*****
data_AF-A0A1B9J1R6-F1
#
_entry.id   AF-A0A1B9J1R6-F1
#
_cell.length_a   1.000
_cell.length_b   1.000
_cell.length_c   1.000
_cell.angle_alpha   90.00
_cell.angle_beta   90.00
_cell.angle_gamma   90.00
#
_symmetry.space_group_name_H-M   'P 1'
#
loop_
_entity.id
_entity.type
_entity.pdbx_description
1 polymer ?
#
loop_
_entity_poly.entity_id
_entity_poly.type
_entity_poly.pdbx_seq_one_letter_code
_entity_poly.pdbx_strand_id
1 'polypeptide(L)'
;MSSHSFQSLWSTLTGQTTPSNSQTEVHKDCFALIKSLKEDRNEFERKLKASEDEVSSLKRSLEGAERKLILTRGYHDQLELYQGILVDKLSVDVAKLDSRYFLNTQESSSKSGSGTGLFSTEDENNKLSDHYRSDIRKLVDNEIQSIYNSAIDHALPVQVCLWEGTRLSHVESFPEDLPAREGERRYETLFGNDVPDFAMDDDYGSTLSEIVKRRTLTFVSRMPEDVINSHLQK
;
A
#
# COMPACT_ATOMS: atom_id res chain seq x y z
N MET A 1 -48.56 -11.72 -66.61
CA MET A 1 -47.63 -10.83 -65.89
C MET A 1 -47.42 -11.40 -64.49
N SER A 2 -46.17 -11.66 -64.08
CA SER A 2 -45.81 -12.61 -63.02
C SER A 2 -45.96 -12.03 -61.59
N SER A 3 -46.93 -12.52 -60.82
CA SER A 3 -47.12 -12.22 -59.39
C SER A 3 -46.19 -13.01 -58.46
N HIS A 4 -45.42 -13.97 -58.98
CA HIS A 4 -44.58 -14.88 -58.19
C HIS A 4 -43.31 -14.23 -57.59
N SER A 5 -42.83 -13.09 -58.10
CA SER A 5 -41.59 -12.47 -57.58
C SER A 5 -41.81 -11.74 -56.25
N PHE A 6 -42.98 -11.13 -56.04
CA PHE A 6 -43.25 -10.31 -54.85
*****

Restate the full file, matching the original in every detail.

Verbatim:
data_AF-A0A1B9J1R6-F1
#
_entry.id   AF-A0A1B9J1R6-F1
#
_cell.length_a   1.000
_cell.length_b   1.000
_cell.length_c   1.000
_cell.angle_alpha   90.00
_cell.angle_beta   90.00
_cell.angle_gamma   90.00
#
_symmetry.space_group_name_H-M   'P 1'
#
loop_
_entity.id
_entity.type
_entity.pdbx_description
1 polymer ?
#
loop_
_entity_poly.entity_id
_entity_poly.type
_entity_poly.pdbx_seq_one_letter_code
_entity_poly.pdbx_strand_id
1 'polypeptide(L)'
;MSSHSFQSLWSTLTGQTTPSNSQTEVHKDCFALIKSLKEDRNEFERKLKASEDEVSSLKRSLEGAERKLILTRGYHDQLELYQGILVDKLSVDVAKLDSRYFLNTQESSSKSGSGTGLFSTEDENNKLSDHYRSDIRKLVDNEIQSIYNSAIDHALPVQVCLWEGTRLSHVESFPEDLPAREGERRYETLFGNDVPDFAMDDDYGSTLSEIVKRRTLTFVSRMPEDVINSHLQK
;
A
#
# COMPACT_ATOMS: atom_id res chain seq x y z
N MET A 1 -48.56 -11.72 -66.61
CA MET A 1 -47.63 -10.83 -65.89
C MET A 1 -47.42 -11.40 -64.49
N SER A 2 -46.17 -11.66 -64.08
CA SER A 2 -45.81 -12.61 -63.02
C SER A 2 -45.96 -12.03 -61.59
N SER A 3 -46.93 -12.52 -60.82
CA SER A 3 -47.12 -12.22 -59.39
C SER A 3 -46.19 -13.01 -58.46
N HIS A 4 -45.42 -13.97 -58.98
CA HIS A 4 -44.58 -14.88 -58.19
C HIS A 4 -43.31 -14.23 -57.59
N SER A 5 -42.83 -13.09 -58.10
CA SER A 5 -41.59 -12.47 -57.58
C SER A 5 -41.81 -11.74 -56.25
N PHE A 6 -42.98 -11.13 -56.04
CA PHE A 6 -43.25 -10.31 -54.85